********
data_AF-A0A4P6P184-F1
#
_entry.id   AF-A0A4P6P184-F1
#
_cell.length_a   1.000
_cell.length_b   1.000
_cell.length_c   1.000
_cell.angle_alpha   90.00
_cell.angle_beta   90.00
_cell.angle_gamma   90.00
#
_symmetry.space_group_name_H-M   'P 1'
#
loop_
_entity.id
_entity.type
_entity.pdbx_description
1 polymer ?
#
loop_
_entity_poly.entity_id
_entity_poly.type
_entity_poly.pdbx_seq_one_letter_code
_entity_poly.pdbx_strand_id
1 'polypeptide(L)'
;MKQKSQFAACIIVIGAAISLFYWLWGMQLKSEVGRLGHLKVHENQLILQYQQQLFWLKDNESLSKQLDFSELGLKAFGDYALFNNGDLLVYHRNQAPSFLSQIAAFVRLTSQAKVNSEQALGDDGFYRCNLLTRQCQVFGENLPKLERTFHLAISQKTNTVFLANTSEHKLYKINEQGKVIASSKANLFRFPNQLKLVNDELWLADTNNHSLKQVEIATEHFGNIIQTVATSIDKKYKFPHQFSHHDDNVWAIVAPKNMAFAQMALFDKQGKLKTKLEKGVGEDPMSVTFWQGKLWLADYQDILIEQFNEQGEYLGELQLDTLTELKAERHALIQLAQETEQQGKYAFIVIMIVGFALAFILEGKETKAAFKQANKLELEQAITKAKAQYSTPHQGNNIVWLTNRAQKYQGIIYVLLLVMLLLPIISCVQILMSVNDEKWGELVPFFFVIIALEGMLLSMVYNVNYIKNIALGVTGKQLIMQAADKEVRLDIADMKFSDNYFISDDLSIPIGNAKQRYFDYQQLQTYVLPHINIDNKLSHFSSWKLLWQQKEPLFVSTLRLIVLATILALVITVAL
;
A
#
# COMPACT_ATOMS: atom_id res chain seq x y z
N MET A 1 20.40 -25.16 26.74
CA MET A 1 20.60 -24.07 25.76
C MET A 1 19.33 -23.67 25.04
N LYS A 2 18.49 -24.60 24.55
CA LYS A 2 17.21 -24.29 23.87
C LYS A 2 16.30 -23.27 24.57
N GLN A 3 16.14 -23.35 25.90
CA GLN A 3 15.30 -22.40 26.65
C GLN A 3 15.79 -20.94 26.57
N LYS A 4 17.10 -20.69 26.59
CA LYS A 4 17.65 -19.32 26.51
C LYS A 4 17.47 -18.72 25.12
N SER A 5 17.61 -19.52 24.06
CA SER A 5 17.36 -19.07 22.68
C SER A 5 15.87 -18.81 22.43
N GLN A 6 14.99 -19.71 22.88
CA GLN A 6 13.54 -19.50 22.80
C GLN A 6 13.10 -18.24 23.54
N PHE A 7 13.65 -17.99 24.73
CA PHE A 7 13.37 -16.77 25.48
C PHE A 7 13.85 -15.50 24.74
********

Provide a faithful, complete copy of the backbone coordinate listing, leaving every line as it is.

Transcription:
data_AF-A0A4P6P184-F1
#
_entry.id   AF-A0A4P6P184-F1
#
_cell.length_a   1.000
_cell.length_b   1.000
_cell.length_c   1.000
_cell.angle_alpha   90.00
_cell.angle_beta   90.00
_cell.angle_gamma   90.00
#
_symmetry.space_group_name_H-M   'P 1'
#
loop_
_entity.id
_entity.type
_entity.pdbx_description
1 polymer ?
#
loop_
_entity_poly.entity_id
_entity_poly.type
_entity_poly.pdbx_seq_one_letter_code
_entity_poly.pdbx_strand_id
1 'polypeptide(L)'
;MKQKSQFAACIIVIGAAISLFYWLWGMQLKSEVGRLGHLKVHENQLILQYQQQLFWLKDNESLSKQLDFSELGLKAFGDYALFNNGDLLVYHRNQAPSFLSQIAAFVRLTSQAKVNSEQALGDDGFYRCNLLTRQCQVFGENLPKLERTFHLAISQKTNTVFLANTSEHKLYKINEQGKVIASSKANLFRFPNQLKLVNDELWLADTNNHSLKQVEIATEHFGNIIQTVATSIDKKYKFPHQFSHHDDNVWAIVAPKNMAFAQMALFDKQGKLKTKLEKGVGEDPMSVTFWQGKLWLADYQDILIEQFNEQGEYLGELQLDTLTELKAERHALIQLAQETEQQGKYAFIVIMIVGFALAFILEGKETKAAFKQANKLELEQAITKAKAQYSTPHQGNNIVWLTNRAQKYQGIIYVLLLVMLLLPIISCVQILMSVNDEKWGELVPFFFVIIALEGMLLSMVYNVNYIKNIALGVTGKQLIMQAADKEVRLDIADMKFSDNYFISDDLSIPIGNAKQRYFDYQQLQTYVLPHINIDNKLSHFSSWKLLWQQKEPLFVSTLRLIVLATILALVITVAL
;
A
#
# COMPACT_ATOMS: atom_id res chain seq x y z
N MET A 1 20.40 -25.16 26.74
CA MET A 1 20.60 -24.07 25.76
C MET A 1 19.33 -23.67 25.04
N LYS A 2 18.49 -24.60 24.55
CA LYS A 2 17.21 -24.29 23.87
C LYS A 2 16.30 -23.27 24.57
N GLN A 3 16.14 -23.35 25.90
CA GLN A 3 15.30 -22.40 26.65
C GLN A 3 15.79 -20.94 26.57
N LYS A 4 17.10 -20.69 26.59
CA LYS A 4 17.65 -19.32 26.51
C LYS A 4 17.47 -18.72 25.12
N SER A 5 17.61 -19.52 24.06
CA SER A 5 17.36 -19.07 22.68
C SER A 5 15.87 -18.81 22.43
N GLN A 6 14.99 -19.71 22.88
CA GLN A 6 13.54 -19.50 22.80
C GLN A 6 13.10 -18.24 23.54
N PHE A 7 13.65 -17.99 24.73
CA PHE A 7 13.37 -16.77 25.48
C PHE A 7 13.85 -15.50 24.74